Minnesota will pay registered nurses $275 per hour, or more, through a temporary staffing agency, to work in hospitals struggling to care for COVID-19 patients during the omicron surge.
Those are terms of a $40 million contract with Texas-based SLS Health Services that state officials agreed to last week. The agreement also allows added pay for medical workers who work as supervisors as well as overtime and holiday pay when applicable.
An additional $345 per day, per person for food, lodging and other living expenses is also included.
Under the terms of the agreement, SLS Health Services will provide 199 licensed and certified practical nurses and 20 respiratory therapists. While on assignment, those medical workers could be expected to test people for COVID-19, provide care in shelters or supplement workers at hospitals and other medical facilities.
According to the U.S. Bureau of Labor Statistics, the average pay for a nurse in Minnesota was $77,540 annually in 2017, or about $37 per hour if working a 40-hour week. Pay for nurses was higher in the Twin Cities metro and lower in rural parts of the state.
Minnesota Gov. Tim Walz announced plans last week to hire temporary medical workers who would be expected to work 60-hour weeks for 60 days. The deal with SLS Health Services runs through the end of March and is funded with federal coronavirus aid.
The staffing agency is required to ensure the workers it provides have the appropriate licenses and certifications. Walz said last week that the staffing agency would not recruit nurses already working in Minnesota hospitals.
The governor announced Wednesday that more than 100 nurses would be arriving at facilities around the state this week. They will be stationed at 23 hospitals across the state, including Regions Hospital in St. Paul.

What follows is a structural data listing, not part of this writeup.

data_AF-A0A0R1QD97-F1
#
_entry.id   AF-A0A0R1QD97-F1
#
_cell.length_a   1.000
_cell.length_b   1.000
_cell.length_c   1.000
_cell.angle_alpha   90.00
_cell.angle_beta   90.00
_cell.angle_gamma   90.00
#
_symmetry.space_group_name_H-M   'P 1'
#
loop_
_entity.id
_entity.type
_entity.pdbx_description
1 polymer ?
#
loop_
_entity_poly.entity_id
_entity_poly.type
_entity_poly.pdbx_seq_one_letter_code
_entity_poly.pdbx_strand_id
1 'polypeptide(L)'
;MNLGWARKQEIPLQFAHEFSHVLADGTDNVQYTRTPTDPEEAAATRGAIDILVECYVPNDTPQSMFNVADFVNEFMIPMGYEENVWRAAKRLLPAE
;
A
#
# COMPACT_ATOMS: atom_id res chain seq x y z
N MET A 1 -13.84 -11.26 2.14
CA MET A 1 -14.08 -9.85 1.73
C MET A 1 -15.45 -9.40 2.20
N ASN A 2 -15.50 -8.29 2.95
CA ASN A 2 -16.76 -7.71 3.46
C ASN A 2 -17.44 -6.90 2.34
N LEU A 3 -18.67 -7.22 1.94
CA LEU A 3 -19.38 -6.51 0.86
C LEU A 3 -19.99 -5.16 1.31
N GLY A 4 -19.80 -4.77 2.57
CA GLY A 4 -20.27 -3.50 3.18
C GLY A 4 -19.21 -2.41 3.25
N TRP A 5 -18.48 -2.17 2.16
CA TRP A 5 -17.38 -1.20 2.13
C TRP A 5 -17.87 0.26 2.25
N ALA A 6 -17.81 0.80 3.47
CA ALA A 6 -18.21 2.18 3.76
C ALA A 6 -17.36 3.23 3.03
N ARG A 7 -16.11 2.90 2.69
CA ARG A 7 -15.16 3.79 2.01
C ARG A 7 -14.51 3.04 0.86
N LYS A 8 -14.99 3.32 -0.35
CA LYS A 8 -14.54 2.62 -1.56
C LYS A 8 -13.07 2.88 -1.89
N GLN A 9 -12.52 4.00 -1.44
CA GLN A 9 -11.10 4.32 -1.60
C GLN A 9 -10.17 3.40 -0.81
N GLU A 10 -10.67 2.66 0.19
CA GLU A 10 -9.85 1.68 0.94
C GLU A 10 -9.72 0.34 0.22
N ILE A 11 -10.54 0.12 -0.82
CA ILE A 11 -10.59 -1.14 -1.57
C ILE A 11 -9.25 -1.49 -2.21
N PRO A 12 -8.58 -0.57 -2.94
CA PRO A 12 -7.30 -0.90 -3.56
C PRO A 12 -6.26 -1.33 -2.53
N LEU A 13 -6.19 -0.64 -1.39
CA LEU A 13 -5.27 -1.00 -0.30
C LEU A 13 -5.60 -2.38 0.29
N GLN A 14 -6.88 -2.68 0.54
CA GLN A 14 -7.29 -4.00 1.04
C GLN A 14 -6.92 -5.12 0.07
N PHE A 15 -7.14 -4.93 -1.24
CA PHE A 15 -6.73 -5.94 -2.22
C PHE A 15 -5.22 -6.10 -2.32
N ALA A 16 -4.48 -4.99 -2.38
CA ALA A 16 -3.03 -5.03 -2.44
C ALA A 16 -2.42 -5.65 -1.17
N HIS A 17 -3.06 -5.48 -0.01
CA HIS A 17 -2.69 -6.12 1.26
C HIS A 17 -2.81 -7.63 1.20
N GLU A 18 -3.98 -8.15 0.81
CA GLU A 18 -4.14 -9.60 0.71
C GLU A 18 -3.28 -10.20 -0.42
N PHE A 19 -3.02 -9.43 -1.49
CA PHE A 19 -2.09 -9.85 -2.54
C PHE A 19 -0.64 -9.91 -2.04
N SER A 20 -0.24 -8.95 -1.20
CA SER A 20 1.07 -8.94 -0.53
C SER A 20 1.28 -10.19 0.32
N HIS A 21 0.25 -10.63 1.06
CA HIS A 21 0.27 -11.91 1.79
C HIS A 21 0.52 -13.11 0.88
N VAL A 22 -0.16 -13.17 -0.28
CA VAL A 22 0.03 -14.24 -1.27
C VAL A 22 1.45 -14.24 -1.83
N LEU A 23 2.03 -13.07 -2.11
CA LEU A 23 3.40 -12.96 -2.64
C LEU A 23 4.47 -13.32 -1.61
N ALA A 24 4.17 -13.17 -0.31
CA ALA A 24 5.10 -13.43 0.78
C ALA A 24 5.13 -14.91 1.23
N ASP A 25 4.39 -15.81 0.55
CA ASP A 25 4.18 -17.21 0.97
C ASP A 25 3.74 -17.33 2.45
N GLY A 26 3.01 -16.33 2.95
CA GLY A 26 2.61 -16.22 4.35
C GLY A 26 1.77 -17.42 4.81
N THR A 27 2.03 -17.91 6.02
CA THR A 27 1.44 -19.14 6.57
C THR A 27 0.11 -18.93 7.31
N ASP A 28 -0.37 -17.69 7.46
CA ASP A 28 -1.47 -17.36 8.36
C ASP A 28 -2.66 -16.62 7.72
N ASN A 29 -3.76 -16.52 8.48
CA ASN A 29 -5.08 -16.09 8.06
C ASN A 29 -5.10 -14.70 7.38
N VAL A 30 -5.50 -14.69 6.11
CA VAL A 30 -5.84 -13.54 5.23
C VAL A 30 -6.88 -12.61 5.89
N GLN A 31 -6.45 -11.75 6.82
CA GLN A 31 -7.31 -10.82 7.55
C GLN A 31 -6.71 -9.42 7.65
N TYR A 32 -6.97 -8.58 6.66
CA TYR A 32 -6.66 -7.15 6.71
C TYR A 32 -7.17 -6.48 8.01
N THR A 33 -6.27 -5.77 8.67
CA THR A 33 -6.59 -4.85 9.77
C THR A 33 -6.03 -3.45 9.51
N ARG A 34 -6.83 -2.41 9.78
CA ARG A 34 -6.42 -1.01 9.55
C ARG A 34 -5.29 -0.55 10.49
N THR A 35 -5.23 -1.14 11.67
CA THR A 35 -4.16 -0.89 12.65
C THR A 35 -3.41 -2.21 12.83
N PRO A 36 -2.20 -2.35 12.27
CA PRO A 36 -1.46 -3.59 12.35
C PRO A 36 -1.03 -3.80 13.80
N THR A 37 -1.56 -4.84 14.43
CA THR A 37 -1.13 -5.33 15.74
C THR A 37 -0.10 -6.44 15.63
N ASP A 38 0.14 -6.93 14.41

“Our health care workers have provided superb care to sick Minnesotans throughout this pandemic. But now, the omicron variant is causing cases to surge, in some cases sidelining our medical personnel,” Walz said in a statement announcing the arrival of temporary medical workers. “At this critical moment, when our doctors and nurses are asking for our help, we are providing it.”
State data shows hospital capacity is extremely limited in much of the state. There are just 32 adult intensive care hospital beds available and nearly 40 percent of Minnesota hospitals have no empty regular adult hospital beds.
There are 1,592 patients hospitalized, including 239 in intensive care, a slight decline from the day before.
Hospital officials have said staffing is their biggest challenge because nurses, doctors and other medical workers are exhausted. Many are also unable to work because they are sick with COVID-19.
Hospital leaders have pleaded with residents to do everything they can to slow the spread of the coronavirus, including getting vaccinated and wearing a mask.
Last week, members of the Minnesota Nurses Association held a news conference to decry what they described as worsening working conditions at hospitals and clinics. They described inadequate staffing and occasional violence from the patients they are treating and their families because of misinformation about coronavirus treatments.
“We are exhausted, but we are not tired of caring for our patients,” said Mary Turner, president of the nurses union and a COVID-19 nurse in the intensive care unit at North Memorial in Robbinsdale. “We are tired of being thanked for our sacrifices instead of being treated with respect in the workplace.”
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